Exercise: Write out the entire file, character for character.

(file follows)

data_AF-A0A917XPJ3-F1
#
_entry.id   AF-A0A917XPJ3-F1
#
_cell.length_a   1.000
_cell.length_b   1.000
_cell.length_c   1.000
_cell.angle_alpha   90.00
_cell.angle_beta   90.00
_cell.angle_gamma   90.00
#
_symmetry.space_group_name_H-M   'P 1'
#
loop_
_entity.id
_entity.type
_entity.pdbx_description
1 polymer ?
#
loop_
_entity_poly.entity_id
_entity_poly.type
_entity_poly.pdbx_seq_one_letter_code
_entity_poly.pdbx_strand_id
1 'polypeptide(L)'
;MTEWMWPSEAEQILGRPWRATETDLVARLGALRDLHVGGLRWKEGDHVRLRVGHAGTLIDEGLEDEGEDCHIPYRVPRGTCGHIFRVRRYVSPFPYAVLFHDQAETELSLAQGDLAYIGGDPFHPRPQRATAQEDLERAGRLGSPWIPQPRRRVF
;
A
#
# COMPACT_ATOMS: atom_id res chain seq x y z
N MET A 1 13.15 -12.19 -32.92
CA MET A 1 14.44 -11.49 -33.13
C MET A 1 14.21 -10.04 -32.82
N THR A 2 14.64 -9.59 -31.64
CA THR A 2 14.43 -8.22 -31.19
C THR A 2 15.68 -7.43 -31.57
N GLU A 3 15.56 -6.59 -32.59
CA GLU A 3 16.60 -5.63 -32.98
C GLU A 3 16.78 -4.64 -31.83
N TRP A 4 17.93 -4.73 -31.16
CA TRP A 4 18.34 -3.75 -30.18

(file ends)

data_AF-A0A917XPJ3-F1
#
_entry.id   AF-A0A917XPJ3-F1
#
_cell.length_a   1.000
_cell.length_b   1.000
_cell.length_c   1.000
_cell.angle_alpha   90.00
_cell.angle_beta   90.00
_cell.angle_gamma   90.00
#
_symmetry.space_group_name_H-M   'P 1'
#
loop_
_entity.id
_entity.type
_entity.pdbx_description
1 polymer ?
#
loop_
_entity_poly.entity_id
_entity_poly.type
_entity_poly.pdbx_seq_one_letter_code
_entity_poly.pdbx_strand_id
1 'polypeptide(L)'
;MTEWMWPSEAEQILGRPWRATETDLVARLGALRDLHVGGLRWKEGDHVRLRVGHAGTLIDEGLEDEGEDCHIPYRVPRGTCGHIFRVRRYVSPFPYAVLFHDQAETELSLAQGDLAYIGGDPFHPRPQRATAQEDLERAGRLGSPWIPQPRRRVF
;
A
#
# COMPACT_ATOMS: atom_id res chain seq x y z
N MET A 1 13.15 -12.19 -32.92
CA MET A 1 14.44 -11.49 -33.13
C MET A 1 14.21 -10.04 -32.82
N THR A 2 14.64 -9.59 -31.64
CA THR A 2 14.43 -8.22 -31.19
C THR A 2 15.68 -7.43 -31.57
N GLU A 3 15.56 -6.59 -32.59
CA GLU A 3 16.60 -5.63 -32.98
C GLU A 3 16.78 -4.64 -31.83
N TRP A 4 17.93 -4.73 -31.16
CA TRP A 4 18.34 -3.75 -30.18